Apple hosted it’s WWDC Developer Conference, and announced a number of developments that take direct aim at the likes of Facebook and Google.
The biggest of these developments was the announcement that the new version of iOS and MacOS would not allow the likes of Facebook or Google to track the browsing habits of Apple users across other parts of the web – effectively meaning that they couldn’t use those browsing habits to inform future advertising.
Hello, I’m Scarlett and on this edition of Digital Minute, we’re exploring how the announcements at Apple’s developer conference could hit Google’s and Facebook’s ad platforms.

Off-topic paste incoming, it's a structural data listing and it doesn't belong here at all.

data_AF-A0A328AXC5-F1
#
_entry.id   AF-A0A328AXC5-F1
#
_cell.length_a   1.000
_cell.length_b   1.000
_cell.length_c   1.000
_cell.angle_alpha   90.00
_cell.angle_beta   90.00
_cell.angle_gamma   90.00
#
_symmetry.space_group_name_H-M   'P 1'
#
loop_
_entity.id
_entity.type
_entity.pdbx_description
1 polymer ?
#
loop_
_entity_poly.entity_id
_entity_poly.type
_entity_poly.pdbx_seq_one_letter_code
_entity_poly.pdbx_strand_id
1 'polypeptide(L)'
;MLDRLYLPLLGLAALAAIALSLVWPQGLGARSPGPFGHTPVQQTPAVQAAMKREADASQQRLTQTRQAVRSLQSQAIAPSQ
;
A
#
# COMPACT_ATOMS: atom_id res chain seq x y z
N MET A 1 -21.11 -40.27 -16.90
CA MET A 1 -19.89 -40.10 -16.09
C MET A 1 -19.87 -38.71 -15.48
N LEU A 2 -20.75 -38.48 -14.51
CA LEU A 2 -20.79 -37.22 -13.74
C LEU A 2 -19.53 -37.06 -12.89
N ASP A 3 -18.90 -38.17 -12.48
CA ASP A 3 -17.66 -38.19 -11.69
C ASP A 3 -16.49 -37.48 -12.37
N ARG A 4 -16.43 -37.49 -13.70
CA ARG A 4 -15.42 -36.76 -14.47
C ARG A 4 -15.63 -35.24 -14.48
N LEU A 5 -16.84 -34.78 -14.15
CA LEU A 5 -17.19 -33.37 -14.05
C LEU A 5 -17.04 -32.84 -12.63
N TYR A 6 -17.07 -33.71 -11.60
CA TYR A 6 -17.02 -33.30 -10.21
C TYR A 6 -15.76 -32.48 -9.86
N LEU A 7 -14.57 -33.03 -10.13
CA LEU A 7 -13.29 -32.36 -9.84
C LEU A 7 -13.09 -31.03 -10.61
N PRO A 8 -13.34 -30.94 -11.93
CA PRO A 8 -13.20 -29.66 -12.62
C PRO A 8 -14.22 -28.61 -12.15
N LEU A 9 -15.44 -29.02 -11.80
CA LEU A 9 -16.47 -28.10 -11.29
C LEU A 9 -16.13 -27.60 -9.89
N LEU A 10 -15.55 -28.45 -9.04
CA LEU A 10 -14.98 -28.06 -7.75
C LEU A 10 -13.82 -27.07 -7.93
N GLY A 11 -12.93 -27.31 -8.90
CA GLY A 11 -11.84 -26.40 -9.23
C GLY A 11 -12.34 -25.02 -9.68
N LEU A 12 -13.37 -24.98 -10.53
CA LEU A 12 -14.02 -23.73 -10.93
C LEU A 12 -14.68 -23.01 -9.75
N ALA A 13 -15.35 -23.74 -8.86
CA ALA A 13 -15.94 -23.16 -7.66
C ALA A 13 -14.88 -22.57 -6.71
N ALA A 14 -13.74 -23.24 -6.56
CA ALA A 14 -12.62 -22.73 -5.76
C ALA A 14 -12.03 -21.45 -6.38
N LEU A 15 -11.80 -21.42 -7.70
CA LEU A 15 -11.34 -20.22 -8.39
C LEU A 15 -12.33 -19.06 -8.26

A couple of weeks ago we looked at Google’s developer conference, and last week it was the turn of Apple to unveil just some of the features that they will be introducing – and company took a very un-subtle swipe at Facebook in the process.
Apple announced that it would be introducing features that would limit the ability of social media platforms to monitor the web use and location, making it more difficult for the likes of Facebook or Google to track browsing habits away from their own properties.
The feature, code-named IPT2, is a development on the initiative introduced last year that saw the ad-tech platform Criteo lose 22 per cent of its revenue, so this could prove to be a major threat to the ad models of Google and Facebook.
Apple didn’t mention Facebook specifically in the announcement, but did demonstrate the technology using examples from Facebook and Instagram – an obvious nod to who this technology is aimed at. You can read more about that over on our blog.
Thanks for watching, I’m Scarlett Whittell, and that was your Digital Minute.
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